In what the Financial Conduct Authority are calling the biggest shake-up in a generation, bank overdraft fees are set to be banned.
Banks and building societies will no longer be able to charge fixed fees for overdrafts. We explain what this could mean for you.
What’s this story about?
The Financial Conduct Authority (FCA) have announced new overdraft rules that will come into force by April 2020.
These new rules will mean:
- No more daily or monthly fixed fees
- No difference in cost between using an arranged or unarranged overdraft
- Banks to advertise their overdraft rate as a single annual interest rate
- Banks to do more to help customers showing signs of struggling
Andrew Bailey, Chief Executive of the FCA says:
“Vulnerable consumers are disproportionately hit by excessive charges for unarranged overdrafts, which are often ten times as high as fees for payday loans.”
The introduction of these changes should help tackle unfair fines for customers who are struggling.
What does this mean for you?
First, let’s take a look at the difference between an arranged and unarranged overdraft.
- Arranged overdraft – this is an overdraft that you have agreed with your bank, which allows you to borrow up to a pre-agreed limit.
- Unarranged overdraft – also known as an unauthorised overdraft, this means you have spent beyond your limit. Up until now, this was a very expensive way to borrow.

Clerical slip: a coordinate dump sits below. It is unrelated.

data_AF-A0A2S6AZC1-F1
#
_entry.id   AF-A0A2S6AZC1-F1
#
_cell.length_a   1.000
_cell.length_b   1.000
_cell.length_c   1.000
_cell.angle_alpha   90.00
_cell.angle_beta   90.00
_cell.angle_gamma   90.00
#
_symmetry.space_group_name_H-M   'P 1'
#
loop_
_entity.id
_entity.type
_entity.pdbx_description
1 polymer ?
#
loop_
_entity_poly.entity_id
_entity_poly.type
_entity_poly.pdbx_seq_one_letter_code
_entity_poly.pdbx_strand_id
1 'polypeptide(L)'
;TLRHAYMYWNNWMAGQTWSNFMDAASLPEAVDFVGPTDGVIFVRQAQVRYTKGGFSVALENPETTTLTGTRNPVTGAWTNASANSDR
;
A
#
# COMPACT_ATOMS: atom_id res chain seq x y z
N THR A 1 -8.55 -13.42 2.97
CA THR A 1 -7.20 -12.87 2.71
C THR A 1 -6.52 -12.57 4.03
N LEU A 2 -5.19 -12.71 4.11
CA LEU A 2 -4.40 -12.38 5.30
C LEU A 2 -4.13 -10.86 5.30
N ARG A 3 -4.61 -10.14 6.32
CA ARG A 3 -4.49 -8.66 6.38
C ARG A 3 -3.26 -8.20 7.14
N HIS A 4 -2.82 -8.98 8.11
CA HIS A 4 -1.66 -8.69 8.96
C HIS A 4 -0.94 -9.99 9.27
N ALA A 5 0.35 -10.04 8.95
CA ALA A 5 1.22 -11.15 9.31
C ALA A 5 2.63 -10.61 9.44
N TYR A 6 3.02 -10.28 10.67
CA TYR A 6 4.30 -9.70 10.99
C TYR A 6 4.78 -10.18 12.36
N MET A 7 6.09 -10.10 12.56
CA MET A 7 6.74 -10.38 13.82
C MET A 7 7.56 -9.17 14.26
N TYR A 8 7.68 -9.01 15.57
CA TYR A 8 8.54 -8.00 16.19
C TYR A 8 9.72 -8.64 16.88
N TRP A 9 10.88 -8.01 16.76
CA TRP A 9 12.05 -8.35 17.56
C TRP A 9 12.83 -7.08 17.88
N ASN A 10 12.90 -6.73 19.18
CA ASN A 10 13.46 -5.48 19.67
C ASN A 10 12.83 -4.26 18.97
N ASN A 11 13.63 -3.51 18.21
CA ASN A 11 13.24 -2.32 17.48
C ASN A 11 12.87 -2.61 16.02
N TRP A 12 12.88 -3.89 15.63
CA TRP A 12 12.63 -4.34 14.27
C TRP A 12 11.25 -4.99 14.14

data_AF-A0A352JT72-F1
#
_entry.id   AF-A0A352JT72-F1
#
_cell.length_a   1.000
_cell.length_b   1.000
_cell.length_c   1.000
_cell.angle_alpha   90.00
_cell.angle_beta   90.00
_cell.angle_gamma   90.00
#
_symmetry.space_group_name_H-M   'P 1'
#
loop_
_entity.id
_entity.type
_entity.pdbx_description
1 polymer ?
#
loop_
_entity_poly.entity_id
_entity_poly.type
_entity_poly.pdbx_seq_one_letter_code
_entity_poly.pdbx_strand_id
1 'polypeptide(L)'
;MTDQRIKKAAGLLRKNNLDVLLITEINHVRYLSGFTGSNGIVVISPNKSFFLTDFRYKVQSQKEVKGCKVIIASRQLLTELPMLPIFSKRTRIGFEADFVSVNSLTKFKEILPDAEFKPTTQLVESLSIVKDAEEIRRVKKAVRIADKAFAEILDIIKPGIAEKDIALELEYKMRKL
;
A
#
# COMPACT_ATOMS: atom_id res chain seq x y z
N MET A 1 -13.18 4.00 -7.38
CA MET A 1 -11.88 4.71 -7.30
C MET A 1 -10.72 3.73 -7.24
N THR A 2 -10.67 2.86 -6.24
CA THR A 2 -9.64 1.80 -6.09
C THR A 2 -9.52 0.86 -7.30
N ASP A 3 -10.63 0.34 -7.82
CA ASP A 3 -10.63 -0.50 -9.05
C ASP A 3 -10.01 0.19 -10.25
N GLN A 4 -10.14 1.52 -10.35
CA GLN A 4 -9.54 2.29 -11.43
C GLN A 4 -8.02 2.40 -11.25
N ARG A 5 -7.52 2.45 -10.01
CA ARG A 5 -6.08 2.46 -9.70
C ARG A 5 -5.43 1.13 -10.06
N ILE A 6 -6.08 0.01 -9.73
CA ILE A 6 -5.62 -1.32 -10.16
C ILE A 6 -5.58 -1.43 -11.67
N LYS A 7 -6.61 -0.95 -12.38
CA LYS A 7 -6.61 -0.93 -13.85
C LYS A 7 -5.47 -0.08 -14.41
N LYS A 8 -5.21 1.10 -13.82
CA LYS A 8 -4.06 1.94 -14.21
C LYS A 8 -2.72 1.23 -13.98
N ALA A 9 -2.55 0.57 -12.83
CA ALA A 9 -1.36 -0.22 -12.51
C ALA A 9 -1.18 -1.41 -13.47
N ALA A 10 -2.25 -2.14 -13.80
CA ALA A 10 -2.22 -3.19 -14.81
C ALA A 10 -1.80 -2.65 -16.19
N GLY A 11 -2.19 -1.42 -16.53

When these new rules come into force, the costs of using an unarranged overdraft will drop radically. Andrew Bailey explains:
“The typical cost of borrowing £100 through an unarranged overdraft would drop from £5 a day, to less than 20p”.
This means that if you go overdrawn without any agreement, you won’t be hit by unreasonable fines. Instead, you’d pay the same amount as you would if you used an arranged overdraft.
While this is good news for people who struggle with unarranged overdrafts, some fear that these changes will lead to an increase in arranged overdraft interest rates.
It’s important to remember that using your overdraft will still come with a price tag – in the form of the interest rate. If your overdraft has a higher interest rate and you’re consistently dipping into it, you’ll pay more interest.
Our key tips
These changes have been introduced to help you manage the costs of accidental and unauthorised borrowing. To help you steer clear from using up lots of your overdraft, it could also be worth following these tips:
- Only use it for emergencies – while overdrafts can be a handy safety net, it’s important not to treat it like your own money
- Slowly reduce your overdraft month by month if you feel like you’re tempted to spend all of it
Have a look at our blog for more handy tips to get out of your overdraft.
Disclaimer: All information and links are correct at the time of publishing.